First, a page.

Critical Analysis of A Midsummer Nights Dream
William Shakespeare, born in 1594, is one of the greatest writers in literature. He dies in 1616 after completing many sonnets and plays. One of which is "A Midsummer Night's Dream." They say that this play is the most purely romantic of Shakespeare's comedies. The themes of the play are dreams and reality, love and magic. This extraordinary play is a play-with-in-a-play, which master writers only write successfully. Shakespeare proves here to be a master writer. Critics find it a task to explain the intricateness of the play, audiences find it very pleasing to read and watch. "A Midsummer Night's Dream" is a comedy combining elements of love, fairies, magic, and dreams. This play is a comedy about five couples who suffer through love's strange games and the evil behind the devious tricks. This play begins as Theseus, the Duke, is preparing to marry Hippolyta. He woos her with his sword. Hermia is in love with Lysander. Egeus, Hermia's father, forbids the relationship with Lysander and orders her to marry Demetrius. Demetrius loves Hermia, but she does not love him. On the other hand, Helena is in love with Demetrius. To settle the confusion, Theseus decides that Hermia must marry Demetrius or become a nun. In retaliation to her father's command, Hermia and Lysander run away together. Amidst all the problems in the human world, Titania and Oberon, the fairy queen and king, continually argue about their various relationships that they have taken part in. (Scott 336) Titania leaves Oberon as a result of the arguments. Oberon is hurt and wants revenge on Titania. So he tells Puck, Oberon's servant, to put a magic flower juice on her eyelids while she is sleeping. This potion causes the victim to desperately in love with the first creature that they see. Oberon's plan is carried out, but the potion is also placed on Lysander's eyes. Lysander awakes to see Helena, who is aimlessly walking through the woods, and instantly falls in love with her. She thinks that he is making fun of her being in love with Demetrius, so she leaves and Lysander follows. This leaves Hermia to wake up alone. Puck now has journeyed to the area where several actors are rehearsing. He uses his magic to turn one of them into a donkey, in hopes that Titania will awake to see it. Just as planned, she awakes and falls in love with the donkey. Oberon and Puck overhear Demetrius and Hermia arguing about their relationships and realize that they had made a mistake. In hopes of solving the problem, Puck places magic juice on Demetrius while he is sleeping. He awakes to Helena, who now has two men in love with her. Hermia is devastated because Lysander does not love her anymore. Helena and Hermia argue because Helena thinks that Hermia is in on the men's "joke." All four argue and leave. Puck persuades them to sleep all together and more of the antidote is placed on the eyes of Lysander. Titania also receives another dose of the potion, and awakes to her husband Oberon. A triple wedding is planned and everyone is happy. (thinkquest.com 1-3) Throughout the play there are many references to the gender and sex roles of the characters. As described in the critical essay by Shirley Nelson Garner, the dominating male power and strange sex roles of the characters is fluent throughout the play. The ordering of the fairy, human, and natural worlds is a movement toward satisfying men's psychological needs; but it also disrupts women's bonds with each other. The argument between Titania and Oberon arises from Titania's focus of attention toward a stolen Indian boy. Oberon uses his authority to force Titania to give up the boy, and he is shocked when she disobeys him and leaves. Her attachment to the boy is erotic, because she treats him similar to Bottom after she falls in love with him by a spell. The underlying reason for Oberon's complaint of Titania and the boy's relationship is that he secretly wants the boy for himself. Oberon takes action because his power is threatened by Titania's love for the boy. He needs her too, so he wins the boy for himself to make her feel inferior. In other words, Titania gave up something that she loved to make her husband happy. This is seen in everyday life, women give up their wants to make their men happy. Titania's sacrifice for Oberon cost her to lose both her Indian boy and his mother, her women lover. When men don't make women happy, they turn to their friends for what they need, whatever it may be. (Scott 370-373) Male domination not only exists between husband and wife, but also between father and daughter. Theseus will not allow Hermia to marry Lysander. Theseus wants her to marry Demetrius. Egeus, a ruler, will force Hermia to become a nun unless she marries Demetrius. In retaliation to his demands, Lysander and Hermia run away together. Hermia is scolded by Egeus for being in love with the man she chooses. This suggests that men cause women to feel forced and obligated to do as they say. (Scott 373) Another example of male domination is the marriage of Theseus and Hippolyta. Theseus' first wife was frail and yielding, and he divorced her. Hippolyta has been a warrior, and Theseus' victory over her makes her unable to resist. By conquering the female warrior and marrying her, he fulfills his need for the exclusive love of a woman while satisfying his homoerotic desires. Close bonding fulfills this homoerotic desire with a male companion, such as Demetrius and Egeus. (Scott 373-373) Male jealousy and need for dominance ruins women's relationships with friends and also turns to brutality. Hermia and Helena were once intimate friends, but Helena is suspicious of Hermia's involvement in the men's "joke." Bonds between women are just as important as men's bonds with each other, but jealousy leads to the end of women's happiness. When Helena pursues Demetrius, his male brutality is revealed when he rejects her for another woman, insults her, and threatens to rape her. Also, when the men fall in love with her, she feels like the "butt of a joke." This stirs female insecurity and pain, again caused by previous abuse from men. The submissive nature of women enables Hermia and Helena to bear their lover's abuse. (Scott 374-376) The reconciliation between Titania and Oberon, at the end of the play, brings blessing to the human world. This suggests that the happiness of the world depend on the amount of love between couples. The problems caused suggest the heterosexual bonding is best. Just as women have insecurities, men feel that if women joined together there will be no need for men, possibly excluding them or preferring the friendship and love between women to a man-woman relationship. This fear is partially based on reality, but also by projection. Since men have stronger bonds with each other, they exclude women from participation in tings in which they care about; they assume that woman, if granted the opportunity would do the same. Men's main belief is that separating and conquering women is the only way to keep their power. (Scott 376) The essay written by George A. Bernard shows the fantasy and reality issues in the play. The fantasy world and real world exist apart from each other, never meeting at any point. The inhabitants of the fairy world are unreal in the sense that they lack feelings and intelligence. The dream world, beyond mortal's comprehension, strongly influences the entire realm of ordinary life. By nature of their humanity, Oberon's power causes vulnerability in the human world. This fairy kingdom is essentially a dream, which appears whenever reason goes to sleep, and during this time Oberon controls all things. Such illusions and dreams, created by Oberon, can be dangerous if they block out human's perception of reality. As the play proves, these dreams perform an important function in life. (Scott 381) Fairies, part of the fantasy world, live in the kingdom in the vague, dream-like East. In this area, legends, myths, and impossible stories originate. This placed is more commonly called "the dream world." The East exists both during and after sleep. The fairies bring the stories to you from the East. The fairies never think and love, which explains all of the deceit and odd events that go on during the play. This is acceptable in their world, because all the laws that govern the world of reality have no existence in the dream world. The lover's fall between these two worlds and are affected by both. The fairies make fools of the lovers, because humans are no accustomed to the fairy's realm. In the real world, Hermia is sensible and Lysander is reasonable. They want to be together even against Egeus' commands, which is reasonable thinking. As soon as the two are alone, imagination takes control of them and they are blinded as to the misfortunes that are bound to cross the course of true love. This causes them to run away. (Scott 382-385) Mark van Doren explains the language and poetry in "A Midsummer Night's Dream" as an immense expanse of Shakespeare's extraordinary poetic imagination. This imagination is vast enough to house fairy realms and the world of reality, including all the peculiar manifestations of either place. Also the ability to describe the separate and often quite dissimilar regions of the play's universe by drawing on the rich resources of poetry. The words moon and water dominate the poetry of the play. (McIntosh 3) "…four happy days bring in another moon: but, O, me thinks, how slow. This old moon wanes! She lingers my desires" (McIntosh 1-3). As a result of their enormous allusive potential, these images engender am entire network of interlocking symbols that greatly enrich the text. The moon, water, and wet flowers conspire to extend the world of the play until it is as large as all imaginable life. The moon and water also explain the play's mystery and naturality. The lover's fall in and out of love like dolls, and like dolls they will go to sleep as soon as they are laid down. (McIntosh 3-4) Since the world is very large, there is plenty of room for mortals and fairies. Both are at home and sometimes seem to have exchanged functions with one another. Also, both mortals and fairies move freely in their own "worlds." In this world, the moon governs. (McIntosh 4) The choice of ballad emphasizes the enormous difference between the intellectual and cultural assumptions of Bottom, the author and the audience. Meanwhile the definite movement from spiritual transformation to dream is referred to as art. This mirrors the informing structure design of the play as a whole. The art form now becomes a way containing and triumphing over unbearable reality. "Consider, then, we come but in despite. We do not come, as minding to content you, Our true intent is all for your delight, we are not here." (McIntosh 5) "A Midsummer Night's Dream" is a play concerned with dreaming. Shakespeare reverses the categories of reality and illusion, sleeping and waking, art and nature, to touch upon the central theme of dreams. Dreams are truer than reality because it has a transforming power. Dreams are a part if the fertile, unbounded world of imagination. The Athenian lover's flee to the wood and fall asleep, entering a charmed of dream. After their eyes were anointed, the world of supernatural at once takes over the stage, controlling their lives in a way they cannot guess at. The dreams come true, but are made to appear "fruitless." Without knowing the dimension of dream in our lives, there can be no real self-knowledge. (Garber 59-62) Delusion is the prelude to illusion. Lysander should produce this speech at a point when his actions are completely supernaturally or subconsciously controlled without the slightest hint of either reason or will. Reason has no place in the dream state, and when characters attempt to employ it, they frustrate their own ends. (Garber 62-63) The memory of the dream itself is vague, because as the mind tries to rationalize what has been dreamed it only distorts the image. The instinct of the mind sets boundaries, while the process of dream blurs and obliterates those boundaries. (Dutton 51) The pattern of the play is controlled and ordered by a series of vital contrasts: the conflict of the sleeping and waking states, the interchange of reality and illusion, reason and imagination, and the disparate spheres of the influence of Theseus and Oberon. All is related to the portrayal of the dream state. (Garber 65-72) In this dramatic world where dreams are a reliable source of vision and insight, consistently truer than reality, they seek to interpret and transform. (thinkquest.com 1) The imagery establishes the dream world in "A Midsummer Night's Dream." The night creates a mysterious mood. At night, the fairy realm takes control. These fairies are brainless and deceitful, which leads to controversy between the mortals. The two worlds, united by moonlight, are active during their respectable times of the day. In the play, the fairy world is dominant, because there is only one scene containing daylight. The sounding of the horns while the sun rises announces the return of mortal sanity. The setting is imagery itself. The forest, with flowers, water, and the rest of nature seems to be away from the human world. This is a necessary setting for the dream world. (Draper 3173) The main theme in the play is dreams. As discussed before, dreams are truer than reality because they are part of the unbounded world imagination. (Magill 26) The fairies control the dreams; therefore they control your state of mind. Also a love-madness theme weaves together unrelated portions of the play. Shakespeare creates unity by flooding the play with moonlight. (Kenneth 29) Irony is a large element in the play. Many of the situations are ironic. Instead of attracting and falling in love with a gentlewoman, Theseus won Hippolyta with his sword. Also, Helena's affection for Demetrius seems to make him hate her, but the hatred eventually turns to love. Helena constantly pursues Demetrius, just as deer chase tigers in the dream forest. Demetrius' cruel treatment ironically compels her to love him more. The fairy world has greater impact than the real world. This is ironic because the fairies have no intelligence or emotions like mortals. (Dutton 32-34) "A Midsummer Night's Dream" is said to be the most romantic of Shakespeare's comedies. The fantasy world and erotic nature of the play draws interest to the play. This interest leads to the making of several different movies, and countless number of theater performances. The viewing of the play adds to its dramatic nature, allowing first hand contrast between how we felt and how someone else felt about the text. (Dutton 147-150) Shakespeare's masterpiece, "A Midsummer Night's Dream," parallels with "Romeo and Juliet." The similarity in characters and the plot suggest that "Romeo and Juliet" was written before "A Midsummer Night's Dream." This play is a natural reaction of Shakespeare's mind to Romeo because of his attitude toward love and life. (Draper 3152) The similarities between the beginning of the Dream and the main situation of Romeo and Juliet are obvious. The forbidden love, deceit, and pain are all elements in the comparison. This suggests that Shakespeare borrowed and condensed material from "Romeo and Juliet." The two fathers, Capulet and Egeus, give the same orders to their daughters. Capulet: "An you be mine, I'll give you to my friend. An you be not, hang, beg, starve, die in the streets." Egeus: "As she is mine, I many dispose her: Which shall be either to this gentleman or to her death." (Magill 72-75) Egeus is less brutal, but just as threatening as Capulet. Lysander and Hermia's artificial complaint of love, the first in a series of hindrances in the course of true love. This is evidently a recollection of "Romeo and Juliet." Mercutio's description of Queen Mab seems to have clearly been borrowed from "A Midsummer Night's Dream." It has exquisite delicacy and daintiness of the Dream, but is not an integral part of "Romeo and Juliet." One element shared between the two plays directly is the moon. In "Romeo and Juliet," the moon brings the two star-crossed lovers together at night. The Moon unites the mortal and spiritual worlds in "A Midsummer Night's Dream." The two catastrophes are almost identical, making it strange that he wrote a serious play directly after the comedy. (Magill 74-76) Many people, due to its "magical" plot, read "A Midsummer Night's Dream." Shakespeare wonderfully combines mystery, love, disaster, and comedy into one play. This play is the most romantic and intricate plays written by Shakespeare. Many people, past and present, find it to be popular due the interesting elements and storylines in the play.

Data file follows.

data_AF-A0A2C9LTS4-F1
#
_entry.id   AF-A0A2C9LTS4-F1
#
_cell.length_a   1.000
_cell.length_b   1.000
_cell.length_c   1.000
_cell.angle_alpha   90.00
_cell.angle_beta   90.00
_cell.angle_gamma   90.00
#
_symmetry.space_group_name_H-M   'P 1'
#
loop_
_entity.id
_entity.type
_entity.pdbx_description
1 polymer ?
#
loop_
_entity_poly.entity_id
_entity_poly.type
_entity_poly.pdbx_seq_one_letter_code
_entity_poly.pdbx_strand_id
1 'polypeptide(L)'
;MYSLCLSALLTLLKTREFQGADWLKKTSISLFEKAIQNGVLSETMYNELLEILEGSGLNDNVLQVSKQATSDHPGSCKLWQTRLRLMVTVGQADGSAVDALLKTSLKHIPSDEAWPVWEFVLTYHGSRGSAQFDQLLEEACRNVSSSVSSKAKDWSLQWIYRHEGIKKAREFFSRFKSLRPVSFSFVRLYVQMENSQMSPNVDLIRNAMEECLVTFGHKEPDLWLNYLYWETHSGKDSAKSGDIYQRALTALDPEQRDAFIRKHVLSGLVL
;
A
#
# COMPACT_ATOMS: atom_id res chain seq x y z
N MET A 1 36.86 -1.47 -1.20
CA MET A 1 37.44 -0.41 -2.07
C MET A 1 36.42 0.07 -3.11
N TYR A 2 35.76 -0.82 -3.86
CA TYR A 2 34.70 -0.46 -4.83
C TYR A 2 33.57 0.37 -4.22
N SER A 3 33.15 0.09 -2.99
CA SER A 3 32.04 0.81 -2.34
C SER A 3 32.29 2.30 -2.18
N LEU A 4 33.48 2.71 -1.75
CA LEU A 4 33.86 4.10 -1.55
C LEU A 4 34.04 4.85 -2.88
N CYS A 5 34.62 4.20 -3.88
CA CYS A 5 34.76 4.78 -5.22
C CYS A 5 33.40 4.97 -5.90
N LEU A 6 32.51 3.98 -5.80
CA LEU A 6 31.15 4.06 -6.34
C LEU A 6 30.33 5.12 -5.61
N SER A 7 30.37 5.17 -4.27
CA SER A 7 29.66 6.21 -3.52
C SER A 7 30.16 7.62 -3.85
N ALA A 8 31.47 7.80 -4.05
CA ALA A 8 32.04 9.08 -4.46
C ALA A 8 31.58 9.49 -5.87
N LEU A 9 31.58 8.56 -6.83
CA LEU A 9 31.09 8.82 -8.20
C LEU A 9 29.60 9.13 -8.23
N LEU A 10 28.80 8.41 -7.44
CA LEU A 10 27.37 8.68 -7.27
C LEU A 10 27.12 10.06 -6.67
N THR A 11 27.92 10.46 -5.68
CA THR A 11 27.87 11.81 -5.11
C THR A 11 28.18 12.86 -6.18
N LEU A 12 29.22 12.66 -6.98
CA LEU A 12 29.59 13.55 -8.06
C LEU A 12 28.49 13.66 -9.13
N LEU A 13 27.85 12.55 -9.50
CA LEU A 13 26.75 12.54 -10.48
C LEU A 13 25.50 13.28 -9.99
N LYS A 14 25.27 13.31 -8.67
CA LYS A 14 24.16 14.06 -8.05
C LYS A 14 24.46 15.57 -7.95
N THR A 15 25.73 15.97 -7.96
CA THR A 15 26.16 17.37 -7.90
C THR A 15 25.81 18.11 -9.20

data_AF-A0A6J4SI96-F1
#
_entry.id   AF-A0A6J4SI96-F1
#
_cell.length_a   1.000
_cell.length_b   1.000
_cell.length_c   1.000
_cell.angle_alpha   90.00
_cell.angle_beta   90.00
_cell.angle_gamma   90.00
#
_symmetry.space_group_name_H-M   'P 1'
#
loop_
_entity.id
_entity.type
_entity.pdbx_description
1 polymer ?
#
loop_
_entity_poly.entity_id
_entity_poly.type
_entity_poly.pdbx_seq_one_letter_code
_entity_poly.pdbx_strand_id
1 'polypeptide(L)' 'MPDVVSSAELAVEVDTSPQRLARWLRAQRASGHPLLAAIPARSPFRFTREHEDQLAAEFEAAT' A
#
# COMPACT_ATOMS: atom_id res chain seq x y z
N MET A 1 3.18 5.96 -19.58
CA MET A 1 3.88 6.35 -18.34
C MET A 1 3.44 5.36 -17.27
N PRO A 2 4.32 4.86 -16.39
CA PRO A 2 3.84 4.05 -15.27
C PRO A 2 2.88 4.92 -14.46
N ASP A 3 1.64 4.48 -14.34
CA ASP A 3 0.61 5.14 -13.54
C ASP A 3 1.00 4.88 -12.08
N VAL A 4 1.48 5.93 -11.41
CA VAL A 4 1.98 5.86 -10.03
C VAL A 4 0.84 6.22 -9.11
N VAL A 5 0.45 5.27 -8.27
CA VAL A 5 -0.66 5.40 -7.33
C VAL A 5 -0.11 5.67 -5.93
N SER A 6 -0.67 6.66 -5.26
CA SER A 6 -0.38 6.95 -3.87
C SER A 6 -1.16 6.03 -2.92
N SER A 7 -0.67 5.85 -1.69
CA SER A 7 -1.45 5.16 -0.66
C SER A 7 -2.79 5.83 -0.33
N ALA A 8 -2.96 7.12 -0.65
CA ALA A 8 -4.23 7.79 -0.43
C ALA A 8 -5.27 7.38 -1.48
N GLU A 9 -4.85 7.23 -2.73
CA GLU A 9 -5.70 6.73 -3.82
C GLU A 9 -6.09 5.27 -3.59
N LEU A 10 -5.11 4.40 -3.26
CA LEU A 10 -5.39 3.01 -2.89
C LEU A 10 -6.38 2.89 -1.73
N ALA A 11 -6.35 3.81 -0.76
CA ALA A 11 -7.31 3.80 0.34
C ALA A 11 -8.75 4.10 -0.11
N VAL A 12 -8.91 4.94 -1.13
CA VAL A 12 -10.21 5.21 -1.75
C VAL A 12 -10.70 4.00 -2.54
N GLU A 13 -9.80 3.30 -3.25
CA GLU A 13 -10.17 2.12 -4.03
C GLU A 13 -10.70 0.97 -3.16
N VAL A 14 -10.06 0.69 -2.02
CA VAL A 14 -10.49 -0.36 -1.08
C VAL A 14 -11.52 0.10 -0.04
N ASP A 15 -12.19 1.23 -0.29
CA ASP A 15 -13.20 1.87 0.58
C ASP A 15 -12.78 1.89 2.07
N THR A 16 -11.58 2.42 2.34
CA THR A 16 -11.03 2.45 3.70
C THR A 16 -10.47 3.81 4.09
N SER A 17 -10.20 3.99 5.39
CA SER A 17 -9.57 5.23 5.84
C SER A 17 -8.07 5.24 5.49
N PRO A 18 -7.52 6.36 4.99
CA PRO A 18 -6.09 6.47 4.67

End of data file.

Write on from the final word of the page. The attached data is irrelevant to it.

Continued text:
Bibliography:
Works Cited Draper, James P. “Critical Essays on Major Shakespeare Plays.” World Literature Criticism. 1992. Dutton, Richard. A Midsummer Night’s Dream. New York: St. Martin’s Press, 1996. Garber, Marjorie B. Dream in Shakespeare: From Metaphor to Metamorphosis. London: Yale University Press, 1974. Kenneth, Muir. Shakespeare the Comedies: A Collection of Critical Essays. New Jersey: Prentice-Hall, Inc., 1965. Magill, Frank N. “A Midsummer Night’s Dream.” Masters of World Literature. 1989. McIntosh, Heather S. “Critical Essays on Shakespeare Plays: A Midsummer Night’s Dream.” www.calpoly.edu/libraryservices.com, 1999. Scott, Mark W. and Joseph C. Tardiff. Shakespeare for Students. Detroit: Gale Research, Inc., 1992. “A Midsummer Night’s Dream.” www.thinkquest.com, 2000.
 
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    Some topics in this essay  
 
    Nights Dream | Titania Oberon | George Bernard | Puck Oberons | Hermia Helena | Romeo Juliet | Hippolyta Theseus | Theseus Oberon | Nelson Garner | Lysander Titania | midsummer nights | midsummer nights dream | nights dream | romeo juliet | dream world | human world | truer reality | dream play | real world | moon water | titania oberon | nights dream play | course true love | romantic shakespeares comedies | unbounded world imagination |